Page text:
BUBBA AND WANDA FEATHERS, THE OFFSPRING OF THE LATE ROCKABILLY LEGEND,
CHARLIE FEATHERS, SING ONE OF THEIR DAD'S EARLY CLASSICS WITH JERRY KING.


JIMMY CAVELLO


           The next act in the Ballroom on Monday was Jimmy Cavello, who was actually born Jimmy Cavallo in 1927. Starting his musical career as a saxophone player in a swing band when he was in high school, he started buying Louis Jordan records and switched from playing alto sax to tenor sax, because that was the lead horn instrument in the type of jump blues he was enjoying at the time.
           While in the Navy after World War II, he spent his free time in the black section of Fayetteville, North Carolina, learning the latest in blues and jamming with some of the rising stars of what would soon be called rock and roll. By 1950, Jimmy was back in New York playing in a club called Sorrentos, which was owned by his uncle. Expected to play old standards to a mostly Italian audience, Jimmy's quartet started packing the club by playing all the rhythm and blues they wanted. Soon his reputation spread all over the central New York area from Utica to Rochester to Binghamton, and then the Jimmy Cavello Quartet started to record. Cavello made a recording of Jimmy Preston's "Rock the Joint" which was recorded later by Bill Haley and His Saddlemen.


JIMMY CAVELLO


           After reforming his band a couple of times in the mid-1950's, Jimmy formed Jimmy Cavello and The House Rockers and auditioned in July 1956 for Alan Freed in his studio in New York City. In August 1956, they played the Brooklyn Paramount with Fats Domino and Big Joe Turner, after which they appeared with Freed in the movie "Rock, Rock, Rock," which featured Jimmy and Joe Marillo on second sax. After that they played the Apollo in December, which was before Buddy Holly played there in 1957. In 1959, Jimmy appeared in another movie, "Go, Johnny, Go," and he continued recording for Coral, then Darcy, then the Romar label in 1965. Although Jimmy still visits his hometown of Syracuse, New York for some gigs every summer, he plays often in Florida, where he has a regular gig at PG Doogie's in Deerfield Beech. Jimmy played his first gig in England in late 2002, and has still been recording and playing. Forget being in his late 70's ­ Jimmy Cavello played to a fervent audience in the Big Ballroom of the Oneida Casino late Monday evening, April 11, 2005.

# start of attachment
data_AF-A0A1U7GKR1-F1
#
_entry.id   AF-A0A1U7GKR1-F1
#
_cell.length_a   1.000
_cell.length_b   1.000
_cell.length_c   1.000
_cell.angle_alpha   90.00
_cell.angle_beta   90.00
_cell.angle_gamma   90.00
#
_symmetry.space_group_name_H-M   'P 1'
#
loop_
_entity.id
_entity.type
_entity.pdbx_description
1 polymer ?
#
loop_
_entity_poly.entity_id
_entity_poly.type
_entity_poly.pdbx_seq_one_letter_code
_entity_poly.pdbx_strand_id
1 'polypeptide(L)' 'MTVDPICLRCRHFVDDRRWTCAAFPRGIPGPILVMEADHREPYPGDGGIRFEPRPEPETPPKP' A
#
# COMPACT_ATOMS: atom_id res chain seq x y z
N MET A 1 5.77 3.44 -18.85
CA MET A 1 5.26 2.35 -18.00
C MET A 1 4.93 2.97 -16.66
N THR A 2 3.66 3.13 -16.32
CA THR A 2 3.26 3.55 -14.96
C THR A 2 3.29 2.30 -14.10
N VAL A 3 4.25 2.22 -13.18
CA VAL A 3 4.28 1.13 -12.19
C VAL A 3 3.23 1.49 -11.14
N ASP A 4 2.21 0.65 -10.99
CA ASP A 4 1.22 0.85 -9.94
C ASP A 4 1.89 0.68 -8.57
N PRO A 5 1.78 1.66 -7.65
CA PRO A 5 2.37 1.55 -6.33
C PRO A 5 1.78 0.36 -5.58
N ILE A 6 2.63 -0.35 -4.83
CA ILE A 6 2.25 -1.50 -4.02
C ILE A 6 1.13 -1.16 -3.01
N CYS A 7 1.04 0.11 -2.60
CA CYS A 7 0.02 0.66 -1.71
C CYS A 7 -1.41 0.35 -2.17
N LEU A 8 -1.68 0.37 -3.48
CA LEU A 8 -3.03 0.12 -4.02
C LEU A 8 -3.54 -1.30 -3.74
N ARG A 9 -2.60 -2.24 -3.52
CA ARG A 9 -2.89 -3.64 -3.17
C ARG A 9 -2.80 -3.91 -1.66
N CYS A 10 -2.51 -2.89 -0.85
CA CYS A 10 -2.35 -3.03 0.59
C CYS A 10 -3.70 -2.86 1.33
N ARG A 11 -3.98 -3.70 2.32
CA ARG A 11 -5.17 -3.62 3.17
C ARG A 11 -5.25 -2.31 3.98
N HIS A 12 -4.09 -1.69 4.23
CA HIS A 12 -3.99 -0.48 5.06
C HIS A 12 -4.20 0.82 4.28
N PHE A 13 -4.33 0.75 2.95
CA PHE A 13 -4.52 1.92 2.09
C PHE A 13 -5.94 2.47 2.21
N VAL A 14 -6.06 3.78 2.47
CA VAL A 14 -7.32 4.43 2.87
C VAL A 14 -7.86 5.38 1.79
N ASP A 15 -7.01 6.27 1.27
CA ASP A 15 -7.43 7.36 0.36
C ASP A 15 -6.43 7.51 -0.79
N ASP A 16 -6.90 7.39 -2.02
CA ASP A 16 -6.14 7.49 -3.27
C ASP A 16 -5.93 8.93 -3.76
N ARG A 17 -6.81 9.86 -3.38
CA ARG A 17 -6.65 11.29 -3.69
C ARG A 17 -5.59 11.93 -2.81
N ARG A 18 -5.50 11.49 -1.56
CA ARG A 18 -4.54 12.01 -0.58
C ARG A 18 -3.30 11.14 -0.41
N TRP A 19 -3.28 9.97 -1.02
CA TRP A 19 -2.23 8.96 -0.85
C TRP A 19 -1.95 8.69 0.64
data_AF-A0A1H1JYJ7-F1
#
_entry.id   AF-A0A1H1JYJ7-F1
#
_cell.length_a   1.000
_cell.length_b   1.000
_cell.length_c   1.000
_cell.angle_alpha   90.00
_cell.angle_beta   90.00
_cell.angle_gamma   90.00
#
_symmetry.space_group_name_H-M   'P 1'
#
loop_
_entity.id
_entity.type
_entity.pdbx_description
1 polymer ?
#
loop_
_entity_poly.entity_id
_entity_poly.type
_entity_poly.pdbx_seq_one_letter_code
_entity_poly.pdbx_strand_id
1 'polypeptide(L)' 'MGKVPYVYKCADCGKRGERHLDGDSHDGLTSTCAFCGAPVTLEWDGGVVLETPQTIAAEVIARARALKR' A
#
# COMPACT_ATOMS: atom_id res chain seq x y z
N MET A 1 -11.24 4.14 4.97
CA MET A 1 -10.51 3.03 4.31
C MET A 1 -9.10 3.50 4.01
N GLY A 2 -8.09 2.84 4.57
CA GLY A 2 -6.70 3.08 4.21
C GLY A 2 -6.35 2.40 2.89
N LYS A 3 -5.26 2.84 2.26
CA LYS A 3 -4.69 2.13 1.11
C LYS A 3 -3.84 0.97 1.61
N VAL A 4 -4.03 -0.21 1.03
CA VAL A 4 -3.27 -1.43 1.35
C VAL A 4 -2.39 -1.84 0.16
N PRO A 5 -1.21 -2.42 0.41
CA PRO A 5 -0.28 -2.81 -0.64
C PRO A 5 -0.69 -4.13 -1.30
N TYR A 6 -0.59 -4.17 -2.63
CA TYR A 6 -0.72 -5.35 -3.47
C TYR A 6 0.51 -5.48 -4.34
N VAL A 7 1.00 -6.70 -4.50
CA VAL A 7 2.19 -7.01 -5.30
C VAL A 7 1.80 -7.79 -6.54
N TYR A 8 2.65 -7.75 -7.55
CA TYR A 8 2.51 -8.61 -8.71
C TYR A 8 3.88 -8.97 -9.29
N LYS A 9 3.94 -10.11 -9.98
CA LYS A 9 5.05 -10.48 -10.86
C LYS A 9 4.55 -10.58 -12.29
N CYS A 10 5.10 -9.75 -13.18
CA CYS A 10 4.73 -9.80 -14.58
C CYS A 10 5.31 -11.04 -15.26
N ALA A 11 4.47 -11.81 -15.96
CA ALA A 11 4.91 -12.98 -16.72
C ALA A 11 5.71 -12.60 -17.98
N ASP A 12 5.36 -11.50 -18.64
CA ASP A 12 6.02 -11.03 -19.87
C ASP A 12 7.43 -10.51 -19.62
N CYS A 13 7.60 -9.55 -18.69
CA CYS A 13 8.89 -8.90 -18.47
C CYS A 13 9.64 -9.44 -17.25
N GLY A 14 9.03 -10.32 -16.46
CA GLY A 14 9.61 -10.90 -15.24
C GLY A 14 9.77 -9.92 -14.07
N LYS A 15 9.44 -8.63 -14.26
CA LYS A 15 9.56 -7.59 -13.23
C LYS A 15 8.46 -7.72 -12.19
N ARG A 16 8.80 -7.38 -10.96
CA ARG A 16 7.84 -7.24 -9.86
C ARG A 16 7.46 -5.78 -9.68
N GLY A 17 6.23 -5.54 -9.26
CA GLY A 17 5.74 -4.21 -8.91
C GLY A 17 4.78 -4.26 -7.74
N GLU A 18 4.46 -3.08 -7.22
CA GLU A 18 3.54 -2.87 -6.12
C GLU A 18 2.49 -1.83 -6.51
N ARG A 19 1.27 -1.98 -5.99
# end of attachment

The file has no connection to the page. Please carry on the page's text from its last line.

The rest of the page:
LADIES FROM JAPAN & AUSTRALIA


STAR MOUNTAIN DREAMERS

(Photo courtesy of Frederic Schroers of KBOO Radio, Portland Oregon.)


STAR MOUNTAIN DREAMERS

(Photo courtesy of Michel and Anneke of The Netherlands.)


RUBY ANN & THE BOPPIN' BOOZERS

(Photo courtesy of Frederic Schroers of KBOO Radio, Portland Oregon.)


RANDY RICH AND THE POOR BOYS

(Photo courtesy of Frederic Schroers of KBOO Radio, Portland Oregon.)


           At midnight Monday night/early Tuesday evening in Purcell's Lounge, Randy Rich & The Poor Boys played. If a cat has nine lives, Randy Rich & The Poor Boys are in their third life. Originally formed in 1997 by Randy, the trio played in a variety of motifs (country, rockabilly and rock and roll), and also in a variety of places from Europe, 20 of the United States, England, etc. By 2000, the band decided to call it quits and went their separate ways. Randy moved to Chicago, Illinois in late 2001, and then returned to Germany for a brief reunion with The Poor Boys. He also played a little lead guitar and drums for Ike & The Capers.
           Nowadays, Randy Rich (real name Richer) reunited the band with one new member and a former member who changed instruments. The current band, in addition to Randy Rich, includes Michael Kielas on bass, vocals and drums, and Red Martin on drums and guitar. Each of the three members can play at least two instruments, providing a variety of sounds. They enjoy playing with vintage instruments, microphones, amplifiers, and clothing to capture the essence of the early rock & roll/rockabilly sound.
           The band takes pride in their resume´ of rockabilly legends who they have backed up, including Jack Earls and Glen Honeycutt of Sun Records, Janis Martin (RCA), and Alvis Wayne.
           I missed all of the acts on Monday from about midnight on (I was up for 21 straight hours in my journey from Florida to Green Bay and I ran over 7 miles on Tuesday morning).
           I have heard that Randy Rich & The Poor Boys did a bang up job in Purcell's, which venue seemed to have a knack for explosive, eclectic, and energetic sets for the entire week.


DR. SNOUT & HIS HOGS OF RHYTHM

(Photo courtesy of Frederic Schroers of KBOO Radio, Portland Oregon.)


           Dr. Snout & His Hogs of Rhythm played on the Iroquois Room stage at 1:00 a.m. on late Monday/early Tuesday. Dr. Snout & His Hogs of Rhythm consist of Ari "Dr. Snout" Ahvonen on vocals, Timo Tarkela on tenor and baritone sax, and four members of that fantastic Finnish phenomenon, The Barnshakers: Jussi Huhtakangas on lead electric guitar, Harri Saanio on piano, Mike Salminen on drums, and Mika Liikari on upright bass.


BIG SANDY & HIS FLY-RITE BOYS

(Photo courtesy of Frederic Schroers of KBOO Radio, Portland Oregon.)


BIG SANDY & HIS FLY-RITE BOYS GIVE
THE LATE MONDAY NIGHT FANS A TREAT.

(Photo courtesy of Matt Strickland and planetrockabilly.com.)
















©2005 Barry Klein & Rockabilly Hall of Fame®